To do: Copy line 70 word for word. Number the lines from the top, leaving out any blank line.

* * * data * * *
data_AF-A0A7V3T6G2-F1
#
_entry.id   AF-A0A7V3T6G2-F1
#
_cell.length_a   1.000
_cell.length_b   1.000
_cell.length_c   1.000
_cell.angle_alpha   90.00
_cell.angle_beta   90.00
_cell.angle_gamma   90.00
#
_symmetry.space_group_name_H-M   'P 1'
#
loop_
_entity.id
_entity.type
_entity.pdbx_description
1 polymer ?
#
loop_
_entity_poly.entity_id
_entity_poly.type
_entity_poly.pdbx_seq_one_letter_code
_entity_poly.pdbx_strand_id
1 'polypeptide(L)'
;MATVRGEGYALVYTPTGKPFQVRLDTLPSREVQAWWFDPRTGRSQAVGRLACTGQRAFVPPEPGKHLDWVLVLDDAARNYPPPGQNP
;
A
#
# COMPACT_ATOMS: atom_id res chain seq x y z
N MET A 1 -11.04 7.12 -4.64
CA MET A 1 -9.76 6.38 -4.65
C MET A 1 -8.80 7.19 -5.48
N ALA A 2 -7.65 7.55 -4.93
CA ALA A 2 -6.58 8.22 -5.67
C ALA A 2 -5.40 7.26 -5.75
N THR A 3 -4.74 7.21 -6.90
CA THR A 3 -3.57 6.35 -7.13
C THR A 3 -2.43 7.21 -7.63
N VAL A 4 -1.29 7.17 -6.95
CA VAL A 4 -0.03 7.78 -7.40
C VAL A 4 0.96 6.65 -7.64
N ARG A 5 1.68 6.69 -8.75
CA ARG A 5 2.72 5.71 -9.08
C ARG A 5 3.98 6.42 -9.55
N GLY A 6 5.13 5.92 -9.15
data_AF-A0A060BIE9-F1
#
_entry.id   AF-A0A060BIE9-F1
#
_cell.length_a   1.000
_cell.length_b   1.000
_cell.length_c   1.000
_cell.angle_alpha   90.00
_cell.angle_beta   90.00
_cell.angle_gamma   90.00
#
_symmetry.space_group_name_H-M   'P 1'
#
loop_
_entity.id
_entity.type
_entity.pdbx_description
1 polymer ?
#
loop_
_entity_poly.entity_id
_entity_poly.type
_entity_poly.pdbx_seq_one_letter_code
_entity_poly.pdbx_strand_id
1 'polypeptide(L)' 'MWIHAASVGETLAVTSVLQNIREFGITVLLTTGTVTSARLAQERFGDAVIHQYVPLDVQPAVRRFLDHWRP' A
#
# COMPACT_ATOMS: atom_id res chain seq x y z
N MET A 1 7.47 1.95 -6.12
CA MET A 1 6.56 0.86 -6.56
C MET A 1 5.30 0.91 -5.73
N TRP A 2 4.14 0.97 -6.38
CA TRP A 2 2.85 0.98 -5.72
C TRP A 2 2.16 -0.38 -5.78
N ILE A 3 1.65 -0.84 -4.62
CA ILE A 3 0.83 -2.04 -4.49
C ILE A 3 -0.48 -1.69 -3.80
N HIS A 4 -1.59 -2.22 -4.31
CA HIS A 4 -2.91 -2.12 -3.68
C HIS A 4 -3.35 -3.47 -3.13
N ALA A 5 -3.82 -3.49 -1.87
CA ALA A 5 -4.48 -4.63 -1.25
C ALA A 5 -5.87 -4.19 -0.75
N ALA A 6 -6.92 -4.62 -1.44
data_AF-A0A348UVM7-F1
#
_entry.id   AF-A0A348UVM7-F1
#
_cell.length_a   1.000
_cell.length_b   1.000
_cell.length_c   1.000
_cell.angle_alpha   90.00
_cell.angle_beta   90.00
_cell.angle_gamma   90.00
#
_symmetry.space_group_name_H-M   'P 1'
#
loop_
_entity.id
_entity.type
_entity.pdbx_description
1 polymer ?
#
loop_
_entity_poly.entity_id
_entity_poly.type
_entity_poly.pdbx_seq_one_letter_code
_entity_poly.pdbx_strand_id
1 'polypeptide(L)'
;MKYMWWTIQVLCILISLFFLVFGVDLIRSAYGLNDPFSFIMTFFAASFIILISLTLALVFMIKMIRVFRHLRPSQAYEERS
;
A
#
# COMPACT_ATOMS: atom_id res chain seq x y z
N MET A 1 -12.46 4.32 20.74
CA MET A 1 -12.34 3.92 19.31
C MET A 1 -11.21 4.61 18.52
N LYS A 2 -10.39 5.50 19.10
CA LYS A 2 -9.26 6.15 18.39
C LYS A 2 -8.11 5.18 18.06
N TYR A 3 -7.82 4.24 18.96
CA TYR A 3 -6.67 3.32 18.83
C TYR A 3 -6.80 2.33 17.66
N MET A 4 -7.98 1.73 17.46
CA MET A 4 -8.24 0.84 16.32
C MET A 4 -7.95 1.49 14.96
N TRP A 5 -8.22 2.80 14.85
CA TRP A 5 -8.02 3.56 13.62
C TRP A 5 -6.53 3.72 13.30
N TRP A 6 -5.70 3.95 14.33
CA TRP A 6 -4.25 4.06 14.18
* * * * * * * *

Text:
_entity_poly.pdbx_strand_id